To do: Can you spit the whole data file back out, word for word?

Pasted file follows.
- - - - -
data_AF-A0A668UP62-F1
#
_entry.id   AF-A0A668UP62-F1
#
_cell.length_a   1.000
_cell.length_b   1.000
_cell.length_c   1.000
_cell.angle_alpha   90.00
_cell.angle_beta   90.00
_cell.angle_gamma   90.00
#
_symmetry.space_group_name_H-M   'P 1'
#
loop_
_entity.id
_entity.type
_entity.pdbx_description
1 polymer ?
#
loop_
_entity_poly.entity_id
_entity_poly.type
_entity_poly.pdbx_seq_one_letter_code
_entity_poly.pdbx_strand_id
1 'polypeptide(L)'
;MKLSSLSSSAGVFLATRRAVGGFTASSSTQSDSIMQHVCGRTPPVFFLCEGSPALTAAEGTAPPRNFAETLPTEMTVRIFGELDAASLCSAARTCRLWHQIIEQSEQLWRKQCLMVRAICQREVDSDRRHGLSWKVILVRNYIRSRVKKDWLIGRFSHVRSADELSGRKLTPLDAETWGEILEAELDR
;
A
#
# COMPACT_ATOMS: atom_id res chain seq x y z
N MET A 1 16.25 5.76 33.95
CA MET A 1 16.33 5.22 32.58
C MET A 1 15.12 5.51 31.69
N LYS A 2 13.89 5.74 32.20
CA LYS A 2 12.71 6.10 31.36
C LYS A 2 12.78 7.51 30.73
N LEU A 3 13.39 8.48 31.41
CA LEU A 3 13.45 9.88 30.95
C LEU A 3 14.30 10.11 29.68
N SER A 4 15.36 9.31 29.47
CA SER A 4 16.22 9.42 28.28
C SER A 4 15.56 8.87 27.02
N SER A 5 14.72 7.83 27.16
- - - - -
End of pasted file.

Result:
data_AF-A0A668UP62-F1
#
_entry.id   AF-A0A668UP62-F1
#
_cell.length_a   1.000
_cell.length_b   1.000
_cell.length_c   1.000
_cell.angle_alpha   90.00
_cell.angle_beta   90.00
_cell.angle_gamma   90.00
#
_symmetry.space_group_name_H-M   'P 1'
#
loop_
_entity.id
_entity.type
_entity.pdbx_description
1 polymer ?
#
loop_
_entity_poly.entity_id
_entity_poly.type
_entity_poly.pdbx_seq_one_letter_code
_entity_poly.pdbx_strand_id
1 'polypeptide(L)'
;MKLSSLSSSAGVFLATRRAVGGFTASSSTQSDSIMQHVCGRTPPVFFLCEGSPALTAAEGTAPPRNFAETLPTEMTVRIFGELDAASLCSAARTCRLWHQIIEQSEQLWRKQCLMVRAICQREVDSDRRHGLSWKVILVRNYIRSRVKKDWLIGRFSHVRSADELSGRKLTPLDAETWGEILEAELDR
;
A
#
# COMPACT_ATOMS: atom_id res chain seq x y z
N MET A 1 16.25 5.76 33.95
CA MET A 1 16.33 5.22 32.58
C MET A 1 15.12 5.51 31.69
N LYS A 2 13.89 5.74 32.20
CA LYS A 2 12.71 6.10 31.36
C LYS A 2 12.78 7.51 30.73
N LEU A 3 13.39 8.48 31.41
CA LEU A 3 13.45 9.88 30.95
C LEU A 3 14.30 10.11 29.68
N SER A 4 15.36 9.31 29.47
CA SER A 4 16.22 9.42 28.28
C SER A 4 15.56 8.87 27.02
N SER A 5 14.72 7.83 27.16